The Advocate General disagreed, noting that in AM & S 'the requirement of independence is unequivocally linked to the fact that the lawyer in question must not be in a relationship of employment with his client'. The reasoning is that an in-house lawyer, despite his membership of a Bar or Law Society and the professional ethical obligations associated with such membership, 'does not enjoy the same degree of independence from his employer as a lawyer working in an external law firm does in relation to his clients'. The Advocate General concluded that, as a consequence, there is a structural risk that an in-house lawyer is less able to deal effectively with any conflicts of interest arising between his professional obligations and the aims and wishes of his client, on which he is more economically dependent, than an external lawyer.

The second argument for the companies, that the scope of privilege at EU level should be extended to in-house lawyers, was also rejected. The Advocate General noted there is no discernible trend across the legal systems of the 27 Member States towards treating in-house lawyers in the same way as lawyers in private practice. Only in a minority of the 27 Member States, such as Ireland, the United Kingdom, and the Netherlands, does the protection afforded by legal professional privilege also apply to communications with in-house lawyers. The companies submitted that there is an increasing need for internal corporate legal advice to prevent infringement of competition law, and that the legal advice given by in-house lawyers is particularly valuable in day-to-day business because it can be obtained more quickly and economically and because it is based on an intimate knowledge of the company and its business. However, the Advocate General argued that a departure from AM & S could not be justified by reference to the advantages and significance of internal corporate legal advice or to the procedural-law reform carried out by Regulation No.1/2003.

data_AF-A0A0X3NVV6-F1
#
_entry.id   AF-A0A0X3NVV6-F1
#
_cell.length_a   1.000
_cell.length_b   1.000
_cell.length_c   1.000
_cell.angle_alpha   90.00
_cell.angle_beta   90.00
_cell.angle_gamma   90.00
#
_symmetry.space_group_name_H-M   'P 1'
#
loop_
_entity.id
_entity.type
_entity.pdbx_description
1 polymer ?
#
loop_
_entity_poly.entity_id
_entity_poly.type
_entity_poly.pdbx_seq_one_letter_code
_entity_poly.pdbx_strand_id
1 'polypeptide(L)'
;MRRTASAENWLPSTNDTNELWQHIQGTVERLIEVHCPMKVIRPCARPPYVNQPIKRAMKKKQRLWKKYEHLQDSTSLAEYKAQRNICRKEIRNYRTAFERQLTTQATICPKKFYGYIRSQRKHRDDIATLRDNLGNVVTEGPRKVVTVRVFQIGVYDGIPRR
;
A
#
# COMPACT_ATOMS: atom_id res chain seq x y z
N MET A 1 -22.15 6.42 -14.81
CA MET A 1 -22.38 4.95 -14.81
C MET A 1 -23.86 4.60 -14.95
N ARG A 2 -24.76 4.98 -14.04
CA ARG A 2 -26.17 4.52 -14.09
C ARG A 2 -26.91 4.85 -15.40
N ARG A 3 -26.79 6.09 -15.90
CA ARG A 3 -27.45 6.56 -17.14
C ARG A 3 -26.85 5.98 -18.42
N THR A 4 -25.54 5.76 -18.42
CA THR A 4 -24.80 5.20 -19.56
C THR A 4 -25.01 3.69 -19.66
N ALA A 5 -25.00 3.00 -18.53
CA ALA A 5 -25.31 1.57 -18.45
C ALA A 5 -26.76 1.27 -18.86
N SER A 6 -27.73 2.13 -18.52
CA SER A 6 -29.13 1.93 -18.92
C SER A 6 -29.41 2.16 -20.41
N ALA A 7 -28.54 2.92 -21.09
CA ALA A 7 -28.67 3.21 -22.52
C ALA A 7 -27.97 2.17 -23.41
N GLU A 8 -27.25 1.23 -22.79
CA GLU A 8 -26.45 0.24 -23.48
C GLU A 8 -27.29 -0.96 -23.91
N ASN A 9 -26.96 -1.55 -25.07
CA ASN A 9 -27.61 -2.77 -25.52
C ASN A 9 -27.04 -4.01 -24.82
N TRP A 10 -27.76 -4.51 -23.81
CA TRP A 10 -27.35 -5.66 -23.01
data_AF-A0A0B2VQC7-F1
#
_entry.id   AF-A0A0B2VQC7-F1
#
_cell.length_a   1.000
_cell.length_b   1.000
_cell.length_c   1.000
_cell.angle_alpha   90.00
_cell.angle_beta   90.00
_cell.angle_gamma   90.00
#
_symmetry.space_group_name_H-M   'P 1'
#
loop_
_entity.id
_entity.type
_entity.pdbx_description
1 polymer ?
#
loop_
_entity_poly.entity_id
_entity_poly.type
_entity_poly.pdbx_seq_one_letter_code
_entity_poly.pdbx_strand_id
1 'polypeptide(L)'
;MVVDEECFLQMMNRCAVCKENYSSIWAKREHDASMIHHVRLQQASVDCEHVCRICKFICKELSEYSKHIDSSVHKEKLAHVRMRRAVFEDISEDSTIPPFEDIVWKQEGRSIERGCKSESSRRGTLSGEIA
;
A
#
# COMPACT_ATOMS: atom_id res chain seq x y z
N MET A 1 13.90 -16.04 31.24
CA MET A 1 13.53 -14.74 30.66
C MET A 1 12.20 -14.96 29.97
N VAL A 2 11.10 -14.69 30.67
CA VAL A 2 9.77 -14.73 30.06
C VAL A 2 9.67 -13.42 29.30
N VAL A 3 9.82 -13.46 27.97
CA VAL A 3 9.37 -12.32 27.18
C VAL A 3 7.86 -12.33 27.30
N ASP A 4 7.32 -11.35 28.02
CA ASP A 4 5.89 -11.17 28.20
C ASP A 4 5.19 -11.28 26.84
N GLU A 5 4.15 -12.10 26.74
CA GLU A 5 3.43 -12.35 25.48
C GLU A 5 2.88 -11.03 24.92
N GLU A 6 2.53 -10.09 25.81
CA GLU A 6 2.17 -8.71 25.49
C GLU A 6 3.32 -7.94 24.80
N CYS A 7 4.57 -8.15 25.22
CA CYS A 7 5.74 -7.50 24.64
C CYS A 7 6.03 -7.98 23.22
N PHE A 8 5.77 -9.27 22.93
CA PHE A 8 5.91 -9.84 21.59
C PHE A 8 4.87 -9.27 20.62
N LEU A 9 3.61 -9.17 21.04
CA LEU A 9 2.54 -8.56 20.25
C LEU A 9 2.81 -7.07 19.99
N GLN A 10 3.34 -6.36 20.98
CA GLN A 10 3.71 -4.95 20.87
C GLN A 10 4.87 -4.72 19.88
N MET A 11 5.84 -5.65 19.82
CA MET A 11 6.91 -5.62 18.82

She also dismissed the third argument advanced for the companies, that the Member States alone are competent to determine the precise scope of legal privilege. She stated that the interpretation and application of legal professional privilege uniformly across the EU is essential for the purposes of competition investigations conducted by the Commission.

Impact of the Opinion

The Opinion – if upheld by the ECJ – will confirm the CFI ruling and the existing jurisprudence suggesting that legal professional privilege at EU level does not extend to internal company or group communications with their own in-house lawyers. However, such communications may be protected in other contexts. For example, under Irish law generally, such communications remain protected by legal professional privilege. The Advocate General noted that: 'the case-law in AM & S applies only to competition proceedings and investigations conducted by the Commission'.

If the ECJ agrees with the Advocate General, their ruling will greatly complicate the way corporations seek legal advice. Advice from in-house counsel will only be protected for some purposes. Such communications will not be privileged in an EU investigation. Corporations and their in-house and external counsel need to be conscious of the extent of legal professional privilege when rendering advice, particularly if European competition law issues are involved.